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Data Protection Act: Let’s talk about Consent

8 January 2020
– 2 Minute Read


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In the last edition, we explored some of the words and phrases that are referred to in the Act.  A summary of the newsflash can be accessed here.

In this next newsflash, we will look at the requirements to obtain “consent” under the Act and understand its implication on your company and business.

Consent is one of the legal grounds to process personal data under the Act.  As a reminder, consent is any manifestation of express, unequivocal, free, specific and informed indication of a data subject’s wishes by a statement or clear affirmative action, signifying agreement to the processing of personal data relating to the data subject.

In other words, the data subject must provide his or her explicit approval to a data controller or data processor intending to use that data subject’s personal data.  The data controller or processor must also provide clear information as to the identity of the party collecting the personal data, how the data subject’s personal data will be used and typically, what type of data will be processed.  Finally, there must be no coercion or other element of forced or conditioned consent (for example, making the provision of services conditional on the data subject providing his/her consent).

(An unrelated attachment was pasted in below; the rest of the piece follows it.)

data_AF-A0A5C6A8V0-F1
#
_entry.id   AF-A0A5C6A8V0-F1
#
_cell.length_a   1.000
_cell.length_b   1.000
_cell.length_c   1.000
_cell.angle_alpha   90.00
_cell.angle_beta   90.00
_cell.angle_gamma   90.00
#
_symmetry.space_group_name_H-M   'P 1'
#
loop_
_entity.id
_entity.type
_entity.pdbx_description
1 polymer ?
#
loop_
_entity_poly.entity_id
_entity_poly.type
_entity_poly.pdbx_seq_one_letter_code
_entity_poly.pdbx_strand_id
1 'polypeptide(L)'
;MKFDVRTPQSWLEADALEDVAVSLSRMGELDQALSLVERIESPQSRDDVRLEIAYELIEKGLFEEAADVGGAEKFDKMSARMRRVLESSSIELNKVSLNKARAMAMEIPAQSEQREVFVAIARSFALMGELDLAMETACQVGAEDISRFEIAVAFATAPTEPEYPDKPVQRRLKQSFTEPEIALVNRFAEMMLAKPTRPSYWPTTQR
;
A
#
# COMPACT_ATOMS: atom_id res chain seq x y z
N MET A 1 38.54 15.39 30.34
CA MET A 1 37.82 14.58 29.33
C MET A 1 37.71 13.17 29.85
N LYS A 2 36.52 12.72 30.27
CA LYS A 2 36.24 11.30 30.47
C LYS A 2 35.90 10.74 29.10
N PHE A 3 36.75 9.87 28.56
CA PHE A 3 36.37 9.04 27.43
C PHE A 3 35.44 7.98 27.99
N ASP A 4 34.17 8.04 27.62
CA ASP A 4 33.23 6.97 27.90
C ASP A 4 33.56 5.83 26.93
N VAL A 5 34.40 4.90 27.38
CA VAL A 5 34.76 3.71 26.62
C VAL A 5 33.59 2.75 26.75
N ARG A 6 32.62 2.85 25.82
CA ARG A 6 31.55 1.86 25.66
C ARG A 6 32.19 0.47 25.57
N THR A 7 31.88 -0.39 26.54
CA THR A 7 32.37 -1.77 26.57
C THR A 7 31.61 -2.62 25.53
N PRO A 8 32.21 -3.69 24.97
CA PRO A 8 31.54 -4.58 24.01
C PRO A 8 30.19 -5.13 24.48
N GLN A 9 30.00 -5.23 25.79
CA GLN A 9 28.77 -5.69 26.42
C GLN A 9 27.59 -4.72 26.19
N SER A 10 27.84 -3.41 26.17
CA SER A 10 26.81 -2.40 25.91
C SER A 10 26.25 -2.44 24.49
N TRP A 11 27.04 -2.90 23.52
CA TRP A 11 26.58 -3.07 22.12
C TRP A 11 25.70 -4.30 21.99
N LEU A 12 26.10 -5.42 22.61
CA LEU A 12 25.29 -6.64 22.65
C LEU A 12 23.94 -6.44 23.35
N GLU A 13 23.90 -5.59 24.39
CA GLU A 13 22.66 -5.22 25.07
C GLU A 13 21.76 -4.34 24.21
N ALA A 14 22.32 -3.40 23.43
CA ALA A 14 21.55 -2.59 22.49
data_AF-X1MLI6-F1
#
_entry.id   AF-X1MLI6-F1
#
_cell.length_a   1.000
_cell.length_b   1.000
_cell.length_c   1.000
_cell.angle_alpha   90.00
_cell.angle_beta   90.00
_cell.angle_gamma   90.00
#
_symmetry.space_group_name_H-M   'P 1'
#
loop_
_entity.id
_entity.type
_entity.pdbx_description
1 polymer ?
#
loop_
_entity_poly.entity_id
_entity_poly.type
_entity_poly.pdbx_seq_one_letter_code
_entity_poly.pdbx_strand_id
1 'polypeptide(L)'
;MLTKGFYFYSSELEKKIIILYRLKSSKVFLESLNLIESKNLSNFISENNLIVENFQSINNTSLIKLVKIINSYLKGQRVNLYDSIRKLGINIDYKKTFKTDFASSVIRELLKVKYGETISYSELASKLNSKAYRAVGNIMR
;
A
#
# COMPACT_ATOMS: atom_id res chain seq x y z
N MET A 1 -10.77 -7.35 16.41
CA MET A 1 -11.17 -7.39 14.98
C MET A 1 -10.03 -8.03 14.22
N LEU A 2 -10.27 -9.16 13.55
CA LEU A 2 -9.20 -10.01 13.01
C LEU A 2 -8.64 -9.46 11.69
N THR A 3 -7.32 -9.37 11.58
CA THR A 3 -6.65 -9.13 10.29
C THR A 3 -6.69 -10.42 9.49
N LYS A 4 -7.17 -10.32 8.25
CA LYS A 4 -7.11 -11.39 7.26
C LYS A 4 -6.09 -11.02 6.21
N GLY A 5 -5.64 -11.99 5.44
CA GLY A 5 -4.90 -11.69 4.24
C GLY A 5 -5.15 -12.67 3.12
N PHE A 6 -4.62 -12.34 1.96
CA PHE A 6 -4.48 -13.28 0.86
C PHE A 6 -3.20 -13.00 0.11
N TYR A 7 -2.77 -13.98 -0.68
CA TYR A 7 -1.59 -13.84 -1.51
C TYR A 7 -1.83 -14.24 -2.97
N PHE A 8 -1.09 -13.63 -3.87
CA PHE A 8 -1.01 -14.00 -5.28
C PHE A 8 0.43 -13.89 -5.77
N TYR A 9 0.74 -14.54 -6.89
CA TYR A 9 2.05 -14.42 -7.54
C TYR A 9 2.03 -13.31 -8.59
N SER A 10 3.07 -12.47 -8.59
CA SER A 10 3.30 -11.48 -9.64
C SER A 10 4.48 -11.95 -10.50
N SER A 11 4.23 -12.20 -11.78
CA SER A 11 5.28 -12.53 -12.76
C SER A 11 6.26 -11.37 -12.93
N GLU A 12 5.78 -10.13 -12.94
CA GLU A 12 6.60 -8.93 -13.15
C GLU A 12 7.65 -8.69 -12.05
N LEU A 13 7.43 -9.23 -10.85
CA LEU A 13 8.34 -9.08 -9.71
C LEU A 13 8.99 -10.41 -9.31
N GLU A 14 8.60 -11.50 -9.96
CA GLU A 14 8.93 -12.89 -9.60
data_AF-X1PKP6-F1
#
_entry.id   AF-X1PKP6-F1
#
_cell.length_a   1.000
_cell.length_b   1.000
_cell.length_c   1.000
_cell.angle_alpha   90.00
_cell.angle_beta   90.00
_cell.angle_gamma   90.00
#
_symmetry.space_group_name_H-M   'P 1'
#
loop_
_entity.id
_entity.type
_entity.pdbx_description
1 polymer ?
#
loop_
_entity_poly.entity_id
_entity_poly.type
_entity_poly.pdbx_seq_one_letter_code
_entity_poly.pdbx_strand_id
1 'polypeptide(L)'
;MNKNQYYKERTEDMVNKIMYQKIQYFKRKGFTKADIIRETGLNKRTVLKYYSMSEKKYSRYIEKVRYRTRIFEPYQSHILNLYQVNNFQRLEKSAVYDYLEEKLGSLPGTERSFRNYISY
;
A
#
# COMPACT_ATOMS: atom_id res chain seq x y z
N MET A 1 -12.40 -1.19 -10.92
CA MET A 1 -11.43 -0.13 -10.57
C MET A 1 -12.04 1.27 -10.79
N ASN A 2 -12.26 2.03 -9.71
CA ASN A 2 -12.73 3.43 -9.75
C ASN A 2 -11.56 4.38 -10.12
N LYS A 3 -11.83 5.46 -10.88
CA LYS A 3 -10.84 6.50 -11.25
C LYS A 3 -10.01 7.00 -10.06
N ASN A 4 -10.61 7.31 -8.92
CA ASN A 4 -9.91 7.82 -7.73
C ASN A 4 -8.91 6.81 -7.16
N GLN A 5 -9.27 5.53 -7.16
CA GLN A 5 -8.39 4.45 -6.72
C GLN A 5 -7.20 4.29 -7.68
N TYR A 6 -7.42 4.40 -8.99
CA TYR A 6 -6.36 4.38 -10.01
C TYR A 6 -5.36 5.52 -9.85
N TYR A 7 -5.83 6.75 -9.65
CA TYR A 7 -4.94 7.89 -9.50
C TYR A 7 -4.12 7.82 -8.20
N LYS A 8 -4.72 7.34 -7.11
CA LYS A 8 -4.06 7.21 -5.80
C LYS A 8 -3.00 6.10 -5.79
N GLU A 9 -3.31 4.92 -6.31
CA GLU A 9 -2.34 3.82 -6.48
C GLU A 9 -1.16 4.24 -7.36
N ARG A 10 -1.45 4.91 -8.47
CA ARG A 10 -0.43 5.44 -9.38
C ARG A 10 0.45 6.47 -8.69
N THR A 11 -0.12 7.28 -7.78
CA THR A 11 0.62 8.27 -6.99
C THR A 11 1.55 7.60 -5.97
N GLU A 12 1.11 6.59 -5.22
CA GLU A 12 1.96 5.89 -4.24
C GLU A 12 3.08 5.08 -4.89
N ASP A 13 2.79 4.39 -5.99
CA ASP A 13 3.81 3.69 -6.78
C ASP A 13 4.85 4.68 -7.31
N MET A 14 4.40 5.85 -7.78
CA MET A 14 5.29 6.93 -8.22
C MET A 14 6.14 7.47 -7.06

It is also important to remember that the Act allows a data subject to withdraw his or her consent at any time.  Whilst any subsequent withdrawal will not affect the lawfulness of any processing that was done before the consent was withdrawn, it is clear that relying on the data subject’s consent is not always the most reliable ground upon which to process personal data.  


A school in Sweden was fined EUR 19,000 for unlawfully processing sensitive personal data in connection with a facial recognition software that it was trialling that sought to monitor student attendance. This was notwithstanding the fact that the school had obtained the parents’ consent to such monitoring.  Click here to read more about this story.

If you use or plan on using a biometric reader in your office in order to monitor your employees’ attendance (for example), make sure you have obtained the consent of your employees.